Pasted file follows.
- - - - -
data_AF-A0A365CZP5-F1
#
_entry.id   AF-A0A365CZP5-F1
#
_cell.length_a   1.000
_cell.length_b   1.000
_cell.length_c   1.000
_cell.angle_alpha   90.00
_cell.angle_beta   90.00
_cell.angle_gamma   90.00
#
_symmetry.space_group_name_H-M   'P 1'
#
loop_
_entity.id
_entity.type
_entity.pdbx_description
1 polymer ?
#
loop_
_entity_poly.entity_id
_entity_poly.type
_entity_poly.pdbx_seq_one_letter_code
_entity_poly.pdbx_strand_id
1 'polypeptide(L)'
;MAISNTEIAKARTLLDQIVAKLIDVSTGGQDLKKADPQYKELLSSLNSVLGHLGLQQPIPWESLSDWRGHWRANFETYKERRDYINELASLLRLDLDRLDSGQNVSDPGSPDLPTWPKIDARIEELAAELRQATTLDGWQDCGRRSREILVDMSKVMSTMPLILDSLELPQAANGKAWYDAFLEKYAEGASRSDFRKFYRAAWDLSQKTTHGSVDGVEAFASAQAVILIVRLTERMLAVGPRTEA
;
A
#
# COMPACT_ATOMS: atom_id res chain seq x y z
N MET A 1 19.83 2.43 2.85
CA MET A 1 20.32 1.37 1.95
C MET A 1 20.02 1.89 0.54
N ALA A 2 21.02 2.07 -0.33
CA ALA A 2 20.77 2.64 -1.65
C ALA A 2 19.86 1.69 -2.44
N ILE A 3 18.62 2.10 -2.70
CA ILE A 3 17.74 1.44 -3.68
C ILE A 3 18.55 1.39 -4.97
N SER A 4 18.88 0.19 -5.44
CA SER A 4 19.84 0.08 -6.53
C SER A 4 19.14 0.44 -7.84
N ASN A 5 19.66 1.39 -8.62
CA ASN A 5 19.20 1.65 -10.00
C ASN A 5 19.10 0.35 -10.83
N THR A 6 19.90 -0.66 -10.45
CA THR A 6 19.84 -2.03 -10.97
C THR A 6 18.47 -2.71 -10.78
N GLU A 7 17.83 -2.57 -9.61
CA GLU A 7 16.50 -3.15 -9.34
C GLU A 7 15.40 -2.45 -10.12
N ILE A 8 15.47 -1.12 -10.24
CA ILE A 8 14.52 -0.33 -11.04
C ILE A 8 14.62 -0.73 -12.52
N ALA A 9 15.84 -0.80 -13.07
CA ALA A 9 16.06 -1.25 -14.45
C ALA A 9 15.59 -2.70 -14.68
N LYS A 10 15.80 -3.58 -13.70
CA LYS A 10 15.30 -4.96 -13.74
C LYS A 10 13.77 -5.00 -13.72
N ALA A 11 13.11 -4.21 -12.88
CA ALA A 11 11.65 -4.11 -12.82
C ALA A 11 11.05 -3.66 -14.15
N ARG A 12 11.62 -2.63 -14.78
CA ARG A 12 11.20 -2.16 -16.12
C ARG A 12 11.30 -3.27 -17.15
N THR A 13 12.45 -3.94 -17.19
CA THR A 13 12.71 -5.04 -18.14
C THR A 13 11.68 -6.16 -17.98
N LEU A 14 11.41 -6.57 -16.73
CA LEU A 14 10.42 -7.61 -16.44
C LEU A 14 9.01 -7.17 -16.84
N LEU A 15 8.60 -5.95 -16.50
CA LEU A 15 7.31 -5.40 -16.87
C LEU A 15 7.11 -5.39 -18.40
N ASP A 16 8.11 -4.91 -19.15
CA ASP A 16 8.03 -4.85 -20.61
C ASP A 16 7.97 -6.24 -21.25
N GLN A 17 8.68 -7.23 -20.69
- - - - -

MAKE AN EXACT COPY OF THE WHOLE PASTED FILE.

data_AF-A0A365CZP5-F1
#
_entry.id   AF-A0A365CZP5-F1
#
_cell.length_a   1.000
_cell.length_b   1.000
_cell.length_c   1.000
_cell.angle_alpha   90.00
_cell.angle_beta   90.00
_cell.angle_gamma   90.00
#
_symmetry.space_group_name_H-M   'P 1'
#
loop_
_entity.id
_entity.type
_entity.pdbx_description
1 polymer ?
#
loop_
_entity_poly.entity_id
_entity_poly.type
_entity_poly.pdbx_seq_one_letter_code
_entity_poly.pdbx_strand_id
1 'polypeptide(L)'
;MAISNTEIAKARTLLDQIVAKLIDVSTGGQDLKKADPQYKELLSSLNSVLGHLGLQQPIPWESLSDWRGHWRANFETYKERRDYINELASLLRLDLDRLDSGQNVSDPGSPDLPTWPKIDARIEELAAELRQATTLDGWQDCGRRSREILVDMSKVMSTMPLILDSLELPQAANGKAWYDAFLEKYAEGASRSDFRKFYRAAWDLSQKTTHGSVDGVEAFASAQAVILIVRLTERMLAVGPRTEA
;
A
#
# COMPACT_ATOMS: atom_id res chain seq x y z
N MET A 1 19.83 2.43 2.85
CA MET A 1 20.32 1.37 1.95
C MET A 1 20.02 1.89 0.54
N ALA A 2 21.02 2.07 -0.33
CA ALA A 2 20.77 2.64 -1.65
C ALA A 2 19.86 1.69 -2.44
N ILE A 3 18.62 2.10 -2.70
CA ILE A 3 17.74 1.44 -3.68
C ILE A 3 18.55 1.39 -4.97
N SER A 4 18.88 0.19 -5.44
CA SER A 4 19.84 0.08 -6.53
C SER A 4 19.14 0.44 -7.84
N ASN A 5 19.66 1.39 -8.62
CA ASN A 5 19.20 1.65 -10.00
C ASN A 5 19.10 0.35 -10.83
N THR A 6 19.90 -0.66 -10.45
CA THR A 6 19.84 -2.03 -10.97
C THR A 6 18.47 -2.71 -10.78
N GLU A 7 17.83 -2.57 -9.61
CA GLU A 7 16.50 -3.15 -9.34
C GLU A 7 15.40 -2.45 -10.12
N ILE A 8 15.47 -1.12 -10.24
CA ILE A 8 14.52 -0.33 -11.04
C ILE A 8 14.62 -0.73 -12.52
N ALA A 9 15.84 -0.80 -13.07
CA ALA A 9 16.06 -1.25 -14.45
C ALA A 9 15.59 -2.70 -14.68
N LYS A 10 15.80 -3.58 -13.70
CA LYS A 10 15.30 -4.96 -13.74
C LYS A 10 13.77 -5.00 -13.72
N ALA A 11 13.11 -4.21 -12.88
CA ALA A 11 11.65 -4.11 -12.82
C ALA A 11 11.05 -3.66 -14.15
N ARG A 12 11.62 -2.63 -14.78
CA ARG A 12 11.20 -2.16 -16.12
C ARG A 12 11.30 -3.27 -17.15
N THR A 13 12.45 -3.94 -17.19
CA THR A 13 12.71 -5.04 -18.14
C THR A 13 11.68 -6.16 -17.98
N LEU A 14 11.41 -6.57 -16.73
CA LEU A 14 10.42 -7.61 -16.44
C LEU A 14 9.01 -7.17 -16.84
N LEU A 15 8.60 -5.95 -16.50
CA LEU A 15 7.31 -5.40 -16.87
C LEU A 15 7.11 -5.39 -18.40
N ASP A 16 8.11 -4.91 -19.15
CA ASP A 16 8.03 -4.85 -20.61
C ASP A 16 7.97 -6.24 -21.25
N GLN A 17 8.68 -7.23 -20.69